As well as the family influence on his career choice, Kuma cites another trigger in the shape of the 1964 Olympics held in Tokyo. Japan spent over £2 billion on new buildings such as Kenzo Tange’s Olympic Stadium with its huge, swooping roof, and the success of the games helped re-establish Japan as part of the international community after the Second World War.
“There were great stadiums and gymnasiums built. They were shockingly very different from other normal buildings and it made a big impression on me,” he says.
Another huge influence is Frank Lloyd Wright, with his obsession for designing structures in harmony with humanity and its environment and who first visited Japan in 1905.
“Frank Lloyd Wright is a bridge between western and Japanese architecture. He learnt many things from Japan such as using local materials from the place. I like to do this too. It is part of returning to a tradition of Japanese architecture where natural materials were important and also made for strong buildings.
“I am the first to do this. Before me most of the Japanese architects were using concrete and steel, but I was the first to use natural materials. In Japan, after the Second World War, the country tried to follow the US with steel and concrete designs and the generation before mine was working in the age of economic expansion. They worked in a happy period and could spend much money, but my generation started to work after the burst of the bubble in 1990 so it’s a hard economy and we are changing and finding our own tradition again. I’m the first generation who are going back to wood, paper earth. And using natural neighbourhood materials means it’s a very sustainable design.”
Kuma doesn’t just design on a grand scale, the small things are important too – the furniture in his buildings, for example. “I want to make harmony between the buildings and small items inside and I like making furniture. The chairs in the Dundee building will be important, matching.”
If we’re getting down to the nitty-gritty detail, what about the toilets, given that the Japanese are masters of the super-duper self-cleaning, heated seat whizz-bang cludgies? Kuma considers why Japan’s designers might give urinals such great attention, although the exact details of the facilities remain lost in translation.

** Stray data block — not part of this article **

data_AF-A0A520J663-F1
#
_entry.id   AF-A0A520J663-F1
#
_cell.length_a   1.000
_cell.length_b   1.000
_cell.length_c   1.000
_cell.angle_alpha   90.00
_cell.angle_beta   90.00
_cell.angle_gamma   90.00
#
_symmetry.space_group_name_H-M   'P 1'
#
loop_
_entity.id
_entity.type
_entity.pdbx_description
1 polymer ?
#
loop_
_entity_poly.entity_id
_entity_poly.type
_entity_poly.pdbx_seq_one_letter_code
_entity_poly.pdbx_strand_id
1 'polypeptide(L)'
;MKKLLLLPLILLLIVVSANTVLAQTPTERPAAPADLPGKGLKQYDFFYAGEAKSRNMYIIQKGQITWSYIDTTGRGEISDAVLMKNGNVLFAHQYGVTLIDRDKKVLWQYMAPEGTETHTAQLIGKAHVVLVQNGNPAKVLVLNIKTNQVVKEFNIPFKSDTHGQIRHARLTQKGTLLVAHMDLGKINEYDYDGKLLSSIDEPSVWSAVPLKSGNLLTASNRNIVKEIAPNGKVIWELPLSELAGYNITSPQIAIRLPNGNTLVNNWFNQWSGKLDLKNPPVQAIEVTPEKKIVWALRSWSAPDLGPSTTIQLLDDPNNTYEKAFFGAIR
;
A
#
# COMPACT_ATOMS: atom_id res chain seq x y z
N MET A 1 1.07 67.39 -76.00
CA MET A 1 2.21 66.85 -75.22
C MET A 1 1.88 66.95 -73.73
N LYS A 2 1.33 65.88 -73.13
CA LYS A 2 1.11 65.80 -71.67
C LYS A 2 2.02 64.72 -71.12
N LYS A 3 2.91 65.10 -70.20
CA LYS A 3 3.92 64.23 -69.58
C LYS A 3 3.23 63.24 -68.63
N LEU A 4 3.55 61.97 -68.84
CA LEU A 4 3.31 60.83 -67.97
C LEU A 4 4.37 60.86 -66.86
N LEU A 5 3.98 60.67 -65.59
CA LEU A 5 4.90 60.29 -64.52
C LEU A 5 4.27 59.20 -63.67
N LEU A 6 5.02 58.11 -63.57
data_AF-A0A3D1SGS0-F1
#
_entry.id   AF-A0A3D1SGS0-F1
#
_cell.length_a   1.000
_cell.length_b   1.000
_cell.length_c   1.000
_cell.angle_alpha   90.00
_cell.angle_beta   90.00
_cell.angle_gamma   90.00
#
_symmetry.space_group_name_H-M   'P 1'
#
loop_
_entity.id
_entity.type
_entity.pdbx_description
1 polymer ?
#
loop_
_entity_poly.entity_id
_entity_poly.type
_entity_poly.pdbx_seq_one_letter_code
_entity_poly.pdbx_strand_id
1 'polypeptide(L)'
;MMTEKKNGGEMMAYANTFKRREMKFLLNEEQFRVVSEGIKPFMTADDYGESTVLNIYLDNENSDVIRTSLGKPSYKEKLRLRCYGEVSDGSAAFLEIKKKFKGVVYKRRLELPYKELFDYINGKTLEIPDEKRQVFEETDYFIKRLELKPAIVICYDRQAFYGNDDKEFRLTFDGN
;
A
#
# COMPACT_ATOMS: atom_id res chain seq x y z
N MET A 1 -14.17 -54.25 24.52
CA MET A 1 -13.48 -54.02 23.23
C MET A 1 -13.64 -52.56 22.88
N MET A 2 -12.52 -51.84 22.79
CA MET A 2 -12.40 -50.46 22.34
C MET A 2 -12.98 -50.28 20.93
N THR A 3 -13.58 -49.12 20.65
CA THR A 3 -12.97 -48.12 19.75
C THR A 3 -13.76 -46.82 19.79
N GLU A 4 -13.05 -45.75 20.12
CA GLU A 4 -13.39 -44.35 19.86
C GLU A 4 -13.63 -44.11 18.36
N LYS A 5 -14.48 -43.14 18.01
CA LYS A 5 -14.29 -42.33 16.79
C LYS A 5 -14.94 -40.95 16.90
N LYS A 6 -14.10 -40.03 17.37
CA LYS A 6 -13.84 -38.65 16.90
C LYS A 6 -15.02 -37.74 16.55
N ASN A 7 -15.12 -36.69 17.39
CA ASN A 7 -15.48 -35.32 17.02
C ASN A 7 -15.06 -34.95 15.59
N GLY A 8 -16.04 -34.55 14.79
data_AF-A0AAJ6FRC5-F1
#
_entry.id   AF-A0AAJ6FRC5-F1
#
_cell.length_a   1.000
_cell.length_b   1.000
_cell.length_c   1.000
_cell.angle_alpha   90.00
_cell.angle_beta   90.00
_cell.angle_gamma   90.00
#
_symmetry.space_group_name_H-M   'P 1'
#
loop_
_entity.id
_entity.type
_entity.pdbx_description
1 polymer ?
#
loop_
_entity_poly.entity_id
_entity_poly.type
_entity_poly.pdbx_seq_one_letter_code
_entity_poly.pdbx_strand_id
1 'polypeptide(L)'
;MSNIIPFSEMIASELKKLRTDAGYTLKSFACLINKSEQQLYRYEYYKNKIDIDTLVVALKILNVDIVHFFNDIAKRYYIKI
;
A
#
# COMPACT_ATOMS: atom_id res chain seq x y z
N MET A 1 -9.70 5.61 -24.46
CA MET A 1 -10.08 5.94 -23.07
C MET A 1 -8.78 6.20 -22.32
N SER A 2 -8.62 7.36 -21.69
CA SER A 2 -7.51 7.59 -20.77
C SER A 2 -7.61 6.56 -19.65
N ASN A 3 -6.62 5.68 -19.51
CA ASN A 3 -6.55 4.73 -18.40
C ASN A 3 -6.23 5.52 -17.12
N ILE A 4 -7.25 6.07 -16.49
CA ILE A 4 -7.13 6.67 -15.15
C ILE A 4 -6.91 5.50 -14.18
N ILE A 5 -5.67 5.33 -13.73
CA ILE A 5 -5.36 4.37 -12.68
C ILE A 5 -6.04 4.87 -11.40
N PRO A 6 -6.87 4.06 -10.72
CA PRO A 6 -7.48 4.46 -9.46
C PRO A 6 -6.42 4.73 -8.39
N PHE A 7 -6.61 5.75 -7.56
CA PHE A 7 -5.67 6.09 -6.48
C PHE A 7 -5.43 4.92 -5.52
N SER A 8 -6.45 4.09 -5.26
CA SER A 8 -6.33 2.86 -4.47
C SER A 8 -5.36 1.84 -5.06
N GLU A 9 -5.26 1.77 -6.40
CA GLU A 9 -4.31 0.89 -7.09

“It comes from Zen. Cleaning is most important for the priest and then people are cleaning their floors every day and through this kind of cleaning, they get closer to a higher level in the religion. It’s a philosophy. My family is Buddhist, but we are inspired by Zen. I love Zen very much. The Zen temple in Kamakura is a favourite.”
Further design influences have a Scottish link in the shape of golf, a passion passed down by his father who played with a hickory club and favoured smaller, tougher, Scottish link-style courses rather than the easy, open US versions. “From golf I learned about the skill of communication with nature, the harmony of sea and land on those courses. The linking of design and the location came from golf. I don’t get time to play much, but I’ve been coming to Scotland for 20 years and played Gleneagles, St Andrews, lots of courses,” he says.
Down by the water, near the spot where the building’s prow will jut out into the Tay, nature is in harmony too. A baby seal basks against the jetty wall in the winter sun, being photographed by Ian Beattie and his daughter Megan. What do they think of the V&A design?
“It’s great for Dundee, great for us to come and see” says the 44-year-old gamekeeper from Meigle in Perthshire.
“It’ll bring something economically to the area. And it’ll be distinctive. It’ll be like Sydney Opera House. Cycling along here just now I was thinking it reminded me of Buenos Aires. I was there two years ago, and the river front is just like this. They have more restaurants, but apart from that – and the fact it’s zero degrees – same thing. And with a museum that looks pretty good too, what more do you want?”